The United Nations (UN) conducts a number of peacekeeping missions throughout the world. Beginning in 1960, the UN began missions in various countries in Africa. While just one mission occurred through the 1990s, turmoil in Africa escalated and the majority of missions were run from 1989 on.
Many of these peacekeeping missions were the result of civil wars or ongoing conflicts in African countries, including Angola, the Congo, Liberia, Somalia, and Rwanda.
Some of the missions were brief while others lasted years at a time. To confound things, some missions replaced previous ones as tensions in the countries escalated or the political climate changed.
This period is one of the most dynamic and violent in modern African history and its important to review the missions that the UN carried out.
ONUC - UN Operations in the Congo
Mission Dates: July 1960 through June 1964
Context: Independence from Belgium and the attempted secession of the Katanga province
Outcome: Prime Minister Patrice Lumumba was assassinated, at which point the mission was expanded. The Congo retained the secessionist province of Katanga and the mission was followed by civilian aid.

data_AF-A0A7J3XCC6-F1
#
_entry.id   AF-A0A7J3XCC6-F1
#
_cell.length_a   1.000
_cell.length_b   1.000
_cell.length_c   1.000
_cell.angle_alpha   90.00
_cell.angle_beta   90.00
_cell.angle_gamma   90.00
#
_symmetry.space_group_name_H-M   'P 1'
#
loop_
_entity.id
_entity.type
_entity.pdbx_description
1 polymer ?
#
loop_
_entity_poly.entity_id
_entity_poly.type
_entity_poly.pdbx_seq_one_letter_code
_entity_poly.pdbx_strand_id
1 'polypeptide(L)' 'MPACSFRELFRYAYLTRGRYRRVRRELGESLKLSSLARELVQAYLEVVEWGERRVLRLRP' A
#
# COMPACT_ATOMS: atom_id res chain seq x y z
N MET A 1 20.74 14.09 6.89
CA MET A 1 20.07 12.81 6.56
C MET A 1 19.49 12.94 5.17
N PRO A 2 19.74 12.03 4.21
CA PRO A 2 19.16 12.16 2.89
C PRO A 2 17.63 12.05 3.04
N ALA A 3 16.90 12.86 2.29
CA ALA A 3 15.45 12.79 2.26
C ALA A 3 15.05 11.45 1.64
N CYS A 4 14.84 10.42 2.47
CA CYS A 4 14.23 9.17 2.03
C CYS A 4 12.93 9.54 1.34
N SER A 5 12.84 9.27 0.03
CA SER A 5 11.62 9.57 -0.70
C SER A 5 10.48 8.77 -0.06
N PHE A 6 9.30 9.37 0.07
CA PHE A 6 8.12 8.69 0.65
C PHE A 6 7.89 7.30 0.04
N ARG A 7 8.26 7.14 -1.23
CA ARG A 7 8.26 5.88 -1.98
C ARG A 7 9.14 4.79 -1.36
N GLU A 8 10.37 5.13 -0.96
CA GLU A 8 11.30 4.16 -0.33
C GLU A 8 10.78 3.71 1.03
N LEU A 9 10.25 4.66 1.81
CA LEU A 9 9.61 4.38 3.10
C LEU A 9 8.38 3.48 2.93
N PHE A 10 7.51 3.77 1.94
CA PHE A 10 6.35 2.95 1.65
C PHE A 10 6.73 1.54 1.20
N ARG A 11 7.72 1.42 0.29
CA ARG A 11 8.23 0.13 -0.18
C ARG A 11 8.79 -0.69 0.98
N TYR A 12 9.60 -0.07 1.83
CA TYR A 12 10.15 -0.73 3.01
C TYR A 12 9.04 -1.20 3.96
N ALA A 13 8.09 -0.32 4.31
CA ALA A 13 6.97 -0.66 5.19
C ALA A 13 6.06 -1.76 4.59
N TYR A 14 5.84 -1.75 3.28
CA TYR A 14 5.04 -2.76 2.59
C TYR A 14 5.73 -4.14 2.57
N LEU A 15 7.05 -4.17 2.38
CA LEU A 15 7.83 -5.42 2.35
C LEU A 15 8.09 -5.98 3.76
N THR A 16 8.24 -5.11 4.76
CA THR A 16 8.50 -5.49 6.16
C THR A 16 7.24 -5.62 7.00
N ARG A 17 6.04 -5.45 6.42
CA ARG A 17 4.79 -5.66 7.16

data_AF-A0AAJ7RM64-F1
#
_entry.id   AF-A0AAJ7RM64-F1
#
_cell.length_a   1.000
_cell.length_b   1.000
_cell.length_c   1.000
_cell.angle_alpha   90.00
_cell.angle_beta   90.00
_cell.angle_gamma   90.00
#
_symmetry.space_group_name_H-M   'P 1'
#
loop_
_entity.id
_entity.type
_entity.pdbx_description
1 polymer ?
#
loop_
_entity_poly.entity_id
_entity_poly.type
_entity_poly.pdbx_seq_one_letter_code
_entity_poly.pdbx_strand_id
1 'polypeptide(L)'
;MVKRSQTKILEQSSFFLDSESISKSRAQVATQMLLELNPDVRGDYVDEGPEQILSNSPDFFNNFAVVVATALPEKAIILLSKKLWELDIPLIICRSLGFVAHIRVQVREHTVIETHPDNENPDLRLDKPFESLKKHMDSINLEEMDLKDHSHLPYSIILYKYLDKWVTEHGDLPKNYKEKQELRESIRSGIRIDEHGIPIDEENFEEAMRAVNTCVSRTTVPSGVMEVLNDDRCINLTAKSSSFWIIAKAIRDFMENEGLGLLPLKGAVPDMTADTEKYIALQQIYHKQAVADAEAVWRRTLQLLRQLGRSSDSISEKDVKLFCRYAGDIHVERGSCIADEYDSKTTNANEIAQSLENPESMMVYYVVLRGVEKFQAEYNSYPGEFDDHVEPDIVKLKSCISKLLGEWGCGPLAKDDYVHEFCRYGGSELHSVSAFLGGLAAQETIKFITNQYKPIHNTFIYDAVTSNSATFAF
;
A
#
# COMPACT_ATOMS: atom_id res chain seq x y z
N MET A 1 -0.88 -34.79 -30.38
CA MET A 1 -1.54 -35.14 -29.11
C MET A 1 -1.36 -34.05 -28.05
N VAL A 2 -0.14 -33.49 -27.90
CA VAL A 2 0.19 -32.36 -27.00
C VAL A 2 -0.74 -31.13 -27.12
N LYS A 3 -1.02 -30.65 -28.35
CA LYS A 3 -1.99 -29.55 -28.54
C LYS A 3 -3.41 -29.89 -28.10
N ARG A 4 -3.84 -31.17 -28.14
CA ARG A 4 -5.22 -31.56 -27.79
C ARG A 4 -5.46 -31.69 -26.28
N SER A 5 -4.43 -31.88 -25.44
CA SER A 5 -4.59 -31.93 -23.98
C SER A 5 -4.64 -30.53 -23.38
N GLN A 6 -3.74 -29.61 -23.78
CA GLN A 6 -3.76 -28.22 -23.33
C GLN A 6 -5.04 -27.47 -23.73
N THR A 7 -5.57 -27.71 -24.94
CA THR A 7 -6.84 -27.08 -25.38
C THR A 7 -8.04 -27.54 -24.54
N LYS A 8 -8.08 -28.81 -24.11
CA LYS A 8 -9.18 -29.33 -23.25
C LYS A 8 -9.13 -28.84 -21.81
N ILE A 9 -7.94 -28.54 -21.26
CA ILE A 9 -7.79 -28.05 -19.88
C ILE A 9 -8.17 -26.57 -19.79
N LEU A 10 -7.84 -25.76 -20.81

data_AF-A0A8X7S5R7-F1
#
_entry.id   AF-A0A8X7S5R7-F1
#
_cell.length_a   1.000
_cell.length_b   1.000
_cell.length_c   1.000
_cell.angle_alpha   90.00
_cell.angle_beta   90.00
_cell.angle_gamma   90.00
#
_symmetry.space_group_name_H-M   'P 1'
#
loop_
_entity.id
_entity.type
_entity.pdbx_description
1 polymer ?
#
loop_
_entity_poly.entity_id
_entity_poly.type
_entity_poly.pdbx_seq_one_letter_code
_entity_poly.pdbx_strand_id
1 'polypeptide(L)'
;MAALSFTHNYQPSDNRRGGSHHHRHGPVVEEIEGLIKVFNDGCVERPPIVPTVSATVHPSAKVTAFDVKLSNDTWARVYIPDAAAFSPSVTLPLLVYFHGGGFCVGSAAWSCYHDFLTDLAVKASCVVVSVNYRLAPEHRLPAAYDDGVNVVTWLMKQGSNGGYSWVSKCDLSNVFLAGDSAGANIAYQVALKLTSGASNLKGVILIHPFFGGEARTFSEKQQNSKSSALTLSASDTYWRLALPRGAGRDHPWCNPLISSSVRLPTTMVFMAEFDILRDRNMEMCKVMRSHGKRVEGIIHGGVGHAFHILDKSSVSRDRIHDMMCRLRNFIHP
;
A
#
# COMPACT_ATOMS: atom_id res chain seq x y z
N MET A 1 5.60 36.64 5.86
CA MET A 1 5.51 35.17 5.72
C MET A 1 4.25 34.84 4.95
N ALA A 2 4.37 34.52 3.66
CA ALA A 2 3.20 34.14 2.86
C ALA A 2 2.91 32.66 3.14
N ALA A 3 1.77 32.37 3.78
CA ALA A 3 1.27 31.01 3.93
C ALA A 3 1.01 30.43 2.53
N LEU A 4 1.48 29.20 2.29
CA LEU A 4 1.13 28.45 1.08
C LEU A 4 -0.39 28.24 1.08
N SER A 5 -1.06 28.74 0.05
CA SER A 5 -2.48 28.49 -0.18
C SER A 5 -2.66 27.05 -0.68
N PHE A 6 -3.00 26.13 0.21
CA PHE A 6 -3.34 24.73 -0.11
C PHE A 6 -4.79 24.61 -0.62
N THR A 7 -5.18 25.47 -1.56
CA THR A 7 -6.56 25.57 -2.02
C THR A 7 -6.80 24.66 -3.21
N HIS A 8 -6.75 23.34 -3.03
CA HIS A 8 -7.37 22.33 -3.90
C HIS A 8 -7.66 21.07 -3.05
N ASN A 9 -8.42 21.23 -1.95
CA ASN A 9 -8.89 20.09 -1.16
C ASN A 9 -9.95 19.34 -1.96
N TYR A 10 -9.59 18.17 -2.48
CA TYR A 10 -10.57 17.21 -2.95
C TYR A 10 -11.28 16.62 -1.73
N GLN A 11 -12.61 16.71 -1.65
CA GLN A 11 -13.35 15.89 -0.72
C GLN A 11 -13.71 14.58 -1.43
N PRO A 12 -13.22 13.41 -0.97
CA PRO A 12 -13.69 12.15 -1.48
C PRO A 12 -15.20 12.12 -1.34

UNAVEM I - UN Angola Verification Mission
Mission Dates: January 1989 through May 1991
Context: Angolas lengthy civil war
Outcome: Cuban troops were withdrawn one month ahead of schedule, having completed their mission.
The mission was followed by UNAVEM II (1991) and UNAVEM III (1995).
UNTAG - UN Transition Assistance Group
Mission Dates: April 1990 through March 1990
Context: Angolan Civil War and Namibias transition to independence from South Africa
Outcome: South African troops departed Angola. Elections were held and a new constitution approved.
Namibia joined the UN.
UNAVEM II - UN Angola Verification Mission II
Mission Dates: May 1991 through February 1995
Context: Angolan Civil War
Outcome: Elections were held in 1991, but the results were rejected and violence escalated. The mission transitioned to UNAVEM III.
UNOSOM I - UN Operation in Somalia I